New OECD report on “The future of news and the Internet”

The death of the newspaper is greatly exaggerated — generally speaking from the point of view of the OECD. Aside from in the U.S., the decline in revenues is on par with the general financial decline in recent years.

Figure 1. Estimated newspaper publishing market decline in OECD countries, 2007-2009 (in per cent)

…[A] new OECD report looking at “The Future of News and the Internet”. It contains new data and analysis on the global newspaper industry and the challenges presented by the Internet. Its main message is that “large country-by-country and title-by-title differences and the data currently do not lend themselves to make the case for “the death of the newspaper”, in particular if non-OECD countries and potential positive effects of the economic recovery are taken into account.” The full report, including data and charts, is available at,3343,en_2649_34223_45449136_1_1_1_1,00.html

After very profitable years, newspaper publishers in most OECD countries face declining advertising revenues, titles and circulation. The economic crisis has amplified this downward development.

About 20 out of 30 OECD countries face declining newspaper readership, with significant decreases in some OECD countries. Newspaper readership is usually lower among younger people who tend to attribute less importance to print media. In OECD countries, the general, regional and local press have been hardest hit and 2009 was expected to be the worst year for OECD newspapers, with the largest declines in the United States, the United Kingdom, Greece, Italy, Canada, and Spain (but much a much smaller impact on countries such as Austria, Australia (See above).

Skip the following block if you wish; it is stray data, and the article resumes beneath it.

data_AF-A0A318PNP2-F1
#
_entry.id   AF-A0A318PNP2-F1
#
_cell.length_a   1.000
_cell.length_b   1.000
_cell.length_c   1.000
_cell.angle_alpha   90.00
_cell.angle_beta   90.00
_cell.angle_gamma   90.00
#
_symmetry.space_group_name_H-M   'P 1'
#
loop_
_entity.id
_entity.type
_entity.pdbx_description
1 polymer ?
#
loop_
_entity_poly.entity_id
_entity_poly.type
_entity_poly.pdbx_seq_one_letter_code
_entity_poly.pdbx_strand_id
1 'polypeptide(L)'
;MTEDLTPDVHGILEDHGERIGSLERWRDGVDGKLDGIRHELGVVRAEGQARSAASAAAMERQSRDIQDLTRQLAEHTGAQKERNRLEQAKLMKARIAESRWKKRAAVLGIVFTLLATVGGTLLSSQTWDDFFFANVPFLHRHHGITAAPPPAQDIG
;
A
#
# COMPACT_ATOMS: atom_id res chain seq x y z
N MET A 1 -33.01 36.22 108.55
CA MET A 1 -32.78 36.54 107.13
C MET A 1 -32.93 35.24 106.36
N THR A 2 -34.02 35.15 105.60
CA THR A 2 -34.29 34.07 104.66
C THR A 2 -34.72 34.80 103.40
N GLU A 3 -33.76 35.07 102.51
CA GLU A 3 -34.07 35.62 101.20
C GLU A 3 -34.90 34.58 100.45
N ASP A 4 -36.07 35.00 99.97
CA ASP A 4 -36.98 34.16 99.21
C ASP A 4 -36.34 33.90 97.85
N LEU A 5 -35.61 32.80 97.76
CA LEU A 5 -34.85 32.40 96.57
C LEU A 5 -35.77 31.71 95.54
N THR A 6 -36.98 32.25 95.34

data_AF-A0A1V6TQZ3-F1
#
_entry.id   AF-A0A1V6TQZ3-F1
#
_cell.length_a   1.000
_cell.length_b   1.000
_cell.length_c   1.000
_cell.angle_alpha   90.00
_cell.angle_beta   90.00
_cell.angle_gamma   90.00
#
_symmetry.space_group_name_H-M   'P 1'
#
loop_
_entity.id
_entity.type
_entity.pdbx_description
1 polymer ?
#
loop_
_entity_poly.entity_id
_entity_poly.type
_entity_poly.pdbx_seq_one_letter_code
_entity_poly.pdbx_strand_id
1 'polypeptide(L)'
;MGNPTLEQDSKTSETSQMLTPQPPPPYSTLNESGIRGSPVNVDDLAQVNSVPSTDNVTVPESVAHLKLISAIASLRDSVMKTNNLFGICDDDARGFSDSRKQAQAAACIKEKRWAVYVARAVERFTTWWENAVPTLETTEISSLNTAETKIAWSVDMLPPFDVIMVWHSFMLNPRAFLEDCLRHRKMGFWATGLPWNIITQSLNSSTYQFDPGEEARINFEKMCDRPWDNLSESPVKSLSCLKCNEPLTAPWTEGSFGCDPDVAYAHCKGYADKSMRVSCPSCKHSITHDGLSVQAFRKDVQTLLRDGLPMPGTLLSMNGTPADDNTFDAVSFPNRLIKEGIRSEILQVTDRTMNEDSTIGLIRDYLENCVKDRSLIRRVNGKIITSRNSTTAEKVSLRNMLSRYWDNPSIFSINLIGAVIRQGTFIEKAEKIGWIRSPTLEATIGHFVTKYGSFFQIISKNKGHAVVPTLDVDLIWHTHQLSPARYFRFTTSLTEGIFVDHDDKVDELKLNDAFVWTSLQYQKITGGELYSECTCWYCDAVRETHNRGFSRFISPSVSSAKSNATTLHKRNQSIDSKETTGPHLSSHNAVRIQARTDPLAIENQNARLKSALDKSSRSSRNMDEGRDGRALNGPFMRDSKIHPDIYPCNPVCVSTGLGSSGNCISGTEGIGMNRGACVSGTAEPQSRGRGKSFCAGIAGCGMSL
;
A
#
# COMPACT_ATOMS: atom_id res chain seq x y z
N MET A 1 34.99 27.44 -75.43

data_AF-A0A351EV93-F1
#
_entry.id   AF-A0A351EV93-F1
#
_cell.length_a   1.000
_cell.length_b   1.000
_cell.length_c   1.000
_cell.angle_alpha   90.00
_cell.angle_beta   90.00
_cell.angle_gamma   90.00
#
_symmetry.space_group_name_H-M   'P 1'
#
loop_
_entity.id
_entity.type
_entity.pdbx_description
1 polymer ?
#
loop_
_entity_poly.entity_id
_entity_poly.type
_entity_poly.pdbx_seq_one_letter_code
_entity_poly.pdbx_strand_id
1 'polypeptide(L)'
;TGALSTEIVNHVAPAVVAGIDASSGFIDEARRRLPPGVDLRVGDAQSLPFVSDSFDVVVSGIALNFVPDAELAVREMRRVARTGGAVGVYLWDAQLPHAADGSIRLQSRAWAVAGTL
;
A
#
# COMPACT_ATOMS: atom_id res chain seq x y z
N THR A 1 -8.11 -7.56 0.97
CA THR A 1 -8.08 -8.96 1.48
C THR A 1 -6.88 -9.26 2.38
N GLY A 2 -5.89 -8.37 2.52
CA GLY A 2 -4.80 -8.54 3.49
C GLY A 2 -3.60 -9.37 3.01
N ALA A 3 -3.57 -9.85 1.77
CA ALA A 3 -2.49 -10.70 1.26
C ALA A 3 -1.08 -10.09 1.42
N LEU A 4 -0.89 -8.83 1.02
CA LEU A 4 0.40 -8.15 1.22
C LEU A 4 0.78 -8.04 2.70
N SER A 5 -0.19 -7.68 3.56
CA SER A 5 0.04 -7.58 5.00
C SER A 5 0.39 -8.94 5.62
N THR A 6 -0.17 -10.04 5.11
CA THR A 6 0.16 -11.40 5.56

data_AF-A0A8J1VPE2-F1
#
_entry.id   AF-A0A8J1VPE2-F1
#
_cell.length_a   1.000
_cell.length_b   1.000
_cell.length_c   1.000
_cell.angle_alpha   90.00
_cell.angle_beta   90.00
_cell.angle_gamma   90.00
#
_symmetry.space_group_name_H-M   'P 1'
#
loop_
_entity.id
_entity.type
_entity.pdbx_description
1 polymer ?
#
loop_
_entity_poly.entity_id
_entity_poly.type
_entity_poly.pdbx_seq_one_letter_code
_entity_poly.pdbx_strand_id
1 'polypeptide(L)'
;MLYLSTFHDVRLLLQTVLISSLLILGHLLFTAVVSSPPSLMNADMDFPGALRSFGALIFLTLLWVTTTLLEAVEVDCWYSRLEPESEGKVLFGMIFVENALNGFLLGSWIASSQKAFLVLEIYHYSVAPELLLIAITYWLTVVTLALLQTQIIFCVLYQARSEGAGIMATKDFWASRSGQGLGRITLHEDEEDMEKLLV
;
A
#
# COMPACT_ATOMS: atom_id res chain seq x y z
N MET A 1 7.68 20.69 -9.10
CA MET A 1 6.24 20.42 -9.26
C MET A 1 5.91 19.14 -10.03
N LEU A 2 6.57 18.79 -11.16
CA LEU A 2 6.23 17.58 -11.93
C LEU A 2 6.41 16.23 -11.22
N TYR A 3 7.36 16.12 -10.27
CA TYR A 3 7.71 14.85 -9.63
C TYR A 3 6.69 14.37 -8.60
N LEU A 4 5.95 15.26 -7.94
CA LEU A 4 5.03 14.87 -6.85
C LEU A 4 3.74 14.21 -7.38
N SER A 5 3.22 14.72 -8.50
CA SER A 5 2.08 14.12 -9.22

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Latest Broadband Penetration Data: Average Speed Up, Coverage Flat

The OECD Broadband Portal has been updated to reflect data as of June 2007. The enhanced and increased data makes the U.S. look a little better but U.S. high speed internet penetration remains in the bottom quarter of the 32 OECD countries, as it has since it’s ranking dropped 25 percent earlier this year. The U.S. is on par with the OECD average, however, when broadband penetration is calculated in terms of landmass populated by 50% of the population, perhaps a more fair measure, considering the U.S. does 30% of broadband subscribers in the OECD survey, but also covers a vast and sparsely populated area.

speedmattersTake a look at the main press release re: these latest penetration data. Of note:

The strongest per-capita subscriber growth over the year was in Ireland, Germany, Sweden, Australia, Norway, Denmark and Luxembourg. Each country added more than 5 subscribers per 100 inhabitants during the past year…. Denmark, the Netherlands, Switzerland, Korea and Norway and Iceland lead the OECD in broadband penetration, each with over 29 subscribers per 100 inhabitants.

Full press release below:

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